Dairy farming in the US is going through a rough patch. There is too much production and not enough pricing support for investments. Several often repeated proposals have been suggested to address this crisis. While some of these solutions can help, it may be worth considering securing USDA financing to cover costs while adjustments are made to operations. 


The Dairy Crisis Can Be Fixed 

The dairy crisis is a complex problem that is growing in intensity. Small, local dairy farms are finding it increasingly difficult to compete with the larger dairies and are closing shop. Even large dairies find themselves faced with extra supply. Some of the proposed solutions include: 

  • Regulation of dairy production via a cooperative
  • A small surcharge on daily products in case of overproduction
  • Capping the growth rate, and setting a market access fee if the cap is exceeded
  • Merely USDA financing would not do; creating a $20 per CWT price floor & supply management
  • Creating an inventory management program for dairies and setting regional quotas


Regulation of Milk Production: National Daily Cooperative Collaborative

The idea here is for regional production to match regional supply needs. Beyond that, production should be capped. Legal provisions should be built-in for punitive action against excess production. This proposal can be implemented almost immediately.


5% to 10% Surcharge against Overproduction

This proposal calls for a $20 per CWT price floor as there is no overproduction. In the case of overproduction, there should be a fee of $10 per CWT. So long as we are trying to regulate overproduction from reaching the markets, we can build provisions within USDA financing for this to not be allowed.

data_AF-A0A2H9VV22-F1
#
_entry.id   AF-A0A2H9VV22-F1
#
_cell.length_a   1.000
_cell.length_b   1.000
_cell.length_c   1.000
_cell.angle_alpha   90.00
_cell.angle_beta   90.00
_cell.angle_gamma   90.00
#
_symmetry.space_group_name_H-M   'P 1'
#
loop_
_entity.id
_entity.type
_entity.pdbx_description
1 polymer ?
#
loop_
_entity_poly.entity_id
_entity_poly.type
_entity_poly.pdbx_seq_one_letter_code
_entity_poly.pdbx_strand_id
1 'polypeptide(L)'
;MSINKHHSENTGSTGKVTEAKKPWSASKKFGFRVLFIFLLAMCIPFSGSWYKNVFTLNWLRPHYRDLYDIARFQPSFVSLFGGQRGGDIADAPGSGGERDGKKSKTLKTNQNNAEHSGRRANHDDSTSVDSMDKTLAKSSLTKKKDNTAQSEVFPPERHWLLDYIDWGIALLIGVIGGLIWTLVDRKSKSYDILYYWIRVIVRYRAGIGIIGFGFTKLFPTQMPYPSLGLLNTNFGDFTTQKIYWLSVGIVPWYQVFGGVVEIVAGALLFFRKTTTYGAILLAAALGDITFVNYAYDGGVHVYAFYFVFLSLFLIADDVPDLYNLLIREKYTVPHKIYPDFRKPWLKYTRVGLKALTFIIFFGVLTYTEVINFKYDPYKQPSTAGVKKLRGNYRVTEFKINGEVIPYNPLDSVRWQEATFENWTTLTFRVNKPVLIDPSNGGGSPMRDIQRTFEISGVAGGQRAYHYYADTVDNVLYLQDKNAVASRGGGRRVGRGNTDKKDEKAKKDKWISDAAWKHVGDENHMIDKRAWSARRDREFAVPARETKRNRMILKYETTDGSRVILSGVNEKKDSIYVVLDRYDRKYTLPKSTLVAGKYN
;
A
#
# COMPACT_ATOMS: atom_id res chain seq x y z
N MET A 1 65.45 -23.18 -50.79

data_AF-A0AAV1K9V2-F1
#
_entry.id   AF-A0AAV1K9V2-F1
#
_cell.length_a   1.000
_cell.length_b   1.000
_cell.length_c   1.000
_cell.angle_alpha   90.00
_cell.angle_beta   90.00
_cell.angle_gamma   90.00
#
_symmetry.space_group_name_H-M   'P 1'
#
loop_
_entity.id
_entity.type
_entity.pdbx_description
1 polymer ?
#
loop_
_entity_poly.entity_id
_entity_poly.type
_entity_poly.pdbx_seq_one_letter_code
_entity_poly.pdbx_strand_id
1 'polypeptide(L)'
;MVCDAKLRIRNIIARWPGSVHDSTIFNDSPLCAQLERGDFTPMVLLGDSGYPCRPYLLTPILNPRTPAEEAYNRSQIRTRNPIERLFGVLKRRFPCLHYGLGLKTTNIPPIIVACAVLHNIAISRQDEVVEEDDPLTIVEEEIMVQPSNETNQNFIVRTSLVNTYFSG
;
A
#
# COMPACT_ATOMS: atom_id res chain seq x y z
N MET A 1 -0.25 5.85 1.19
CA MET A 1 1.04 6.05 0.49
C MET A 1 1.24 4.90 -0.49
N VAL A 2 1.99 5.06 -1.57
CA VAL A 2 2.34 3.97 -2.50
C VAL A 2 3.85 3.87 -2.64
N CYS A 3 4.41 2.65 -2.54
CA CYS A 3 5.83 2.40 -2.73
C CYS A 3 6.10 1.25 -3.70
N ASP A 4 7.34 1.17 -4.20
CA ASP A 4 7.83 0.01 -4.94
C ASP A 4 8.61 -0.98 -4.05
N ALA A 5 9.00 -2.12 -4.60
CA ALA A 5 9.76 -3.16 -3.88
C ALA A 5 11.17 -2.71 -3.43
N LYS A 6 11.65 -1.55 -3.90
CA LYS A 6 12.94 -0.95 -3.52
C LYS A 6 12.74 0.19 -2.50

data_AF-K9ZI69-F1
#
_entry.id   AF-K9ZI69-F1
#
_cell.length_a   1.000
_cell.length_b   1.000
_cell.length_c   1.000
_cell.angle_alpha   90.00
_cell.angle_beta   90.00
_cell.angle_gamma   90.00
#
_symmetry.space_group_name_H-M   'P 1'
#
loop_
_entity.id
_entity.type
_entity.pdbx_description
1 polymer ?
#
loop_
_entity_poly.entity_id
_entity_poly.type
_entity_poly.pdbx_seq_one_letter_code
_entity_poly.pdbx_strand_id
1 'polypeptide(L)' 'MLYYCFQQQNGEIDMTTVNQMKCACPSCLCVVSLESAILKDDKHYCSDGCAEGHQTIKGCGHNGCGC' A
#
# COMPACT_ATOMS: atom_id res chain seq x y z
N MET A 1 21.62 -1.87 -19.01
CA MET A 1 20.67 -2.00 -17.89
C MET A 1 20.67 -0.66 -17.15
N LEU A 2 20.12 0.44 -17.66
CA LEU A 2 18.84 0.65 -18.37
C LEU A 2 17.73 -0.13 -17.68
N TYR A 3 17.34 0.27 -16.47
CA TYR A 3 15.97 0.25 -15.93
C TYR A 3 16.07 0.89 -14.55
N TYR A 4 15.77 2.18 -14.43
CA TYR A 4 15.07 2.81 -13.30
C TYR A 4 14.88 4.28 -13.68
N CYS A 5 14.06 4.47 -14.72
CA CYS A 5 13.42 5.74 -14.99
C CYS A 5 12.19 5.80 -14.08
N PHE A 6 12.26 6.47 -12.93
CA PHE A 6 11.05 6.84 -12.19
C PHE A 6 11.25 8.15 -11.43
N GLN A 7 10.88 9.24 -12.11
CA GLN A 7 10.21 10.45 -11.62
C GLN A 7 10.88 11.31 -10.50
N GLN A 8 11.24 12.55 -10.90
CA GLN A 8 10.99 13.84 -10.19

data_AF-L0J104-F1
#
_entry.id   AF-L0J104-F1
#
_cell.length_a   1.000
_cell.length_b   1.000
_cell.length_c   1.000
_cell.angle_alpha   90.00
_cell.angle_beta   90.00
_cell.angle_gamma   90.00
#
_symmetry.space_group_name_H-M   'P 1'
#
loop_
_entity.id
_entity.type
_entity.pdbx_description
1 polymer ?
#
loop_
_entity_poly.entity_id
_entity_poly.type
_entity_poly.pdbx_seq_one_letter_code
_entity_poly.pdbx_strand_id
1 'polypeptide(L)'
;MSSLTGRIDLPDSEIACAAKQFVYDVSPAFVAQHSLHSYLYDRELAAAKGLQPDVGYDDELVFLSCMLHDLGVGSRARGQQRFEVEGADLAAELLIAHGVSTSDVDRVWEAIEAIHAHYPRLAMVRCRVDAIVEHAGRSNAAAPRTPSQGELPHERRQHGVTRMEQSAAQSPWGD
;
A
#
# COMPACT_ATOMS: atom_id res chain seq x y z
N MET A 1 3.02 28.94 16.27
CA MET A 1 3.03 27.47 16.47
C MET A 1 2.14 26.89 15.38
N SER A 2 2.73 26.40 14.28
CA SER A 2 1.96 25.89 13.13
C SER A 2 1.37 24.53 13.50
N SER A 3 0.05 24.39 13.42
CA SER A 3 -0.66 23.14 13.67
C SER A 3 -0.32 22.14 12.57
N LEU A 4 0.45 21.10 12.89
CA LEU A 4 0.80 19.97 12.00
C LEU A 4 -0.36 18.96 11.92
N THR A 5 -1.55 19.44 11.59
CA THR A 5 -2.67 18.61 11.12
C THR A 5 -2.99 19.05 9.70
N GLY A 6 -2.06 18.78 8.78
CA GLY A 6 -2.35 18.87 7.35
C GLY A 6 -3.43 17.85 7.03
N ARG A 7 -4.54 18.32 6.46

Growth Rate On a Year-To-Year Basis & Punitive Action

In this proposal, the USDA would be tasked with announcing a growth cap close to 3% on a year-to-year basis every quarter. Producers can only expand production within that limit. If they overproduce, they must pay a market access fee. Previously, similar fees were $0.03–$0.50 per CWT. However, research has found that this would allow the largest dairy farms to get bigger and bigger, meanwhile rewarding smaller dairies to keep working their production caps.


Implementing Supply Management Using a Price Floor

This proposal calls on the USDA to not merely provide ag mortgages, but also buy milk products and help bring stability. There needs to be direct and guaranteed loans for animal feeding. There also needs to be a $20 per CWT price floor. All of this should build toward a federal milk pricing formula.


Inventory Management Program & Quotas

This program establishes regional quotas for dairy production with a predetermined price. Local farmers are best positioned to come up with prices based upon local costs. Any milk that is overproduced may only be exported at low prices. Once again, the stress is upon reducing overproduction. USDA financing and other incentives can be built into the deal for “forcing” farmers to participate.


Addressing Your Own Dairy Crisis

If you are finding you need a bit of help financing your own operations, talk to one of our expert loan officers at AgAmerica. We’d be happy to discuss USDA financing and other financing options available to help keep your farm up and running. Contact us today to see how we can help you.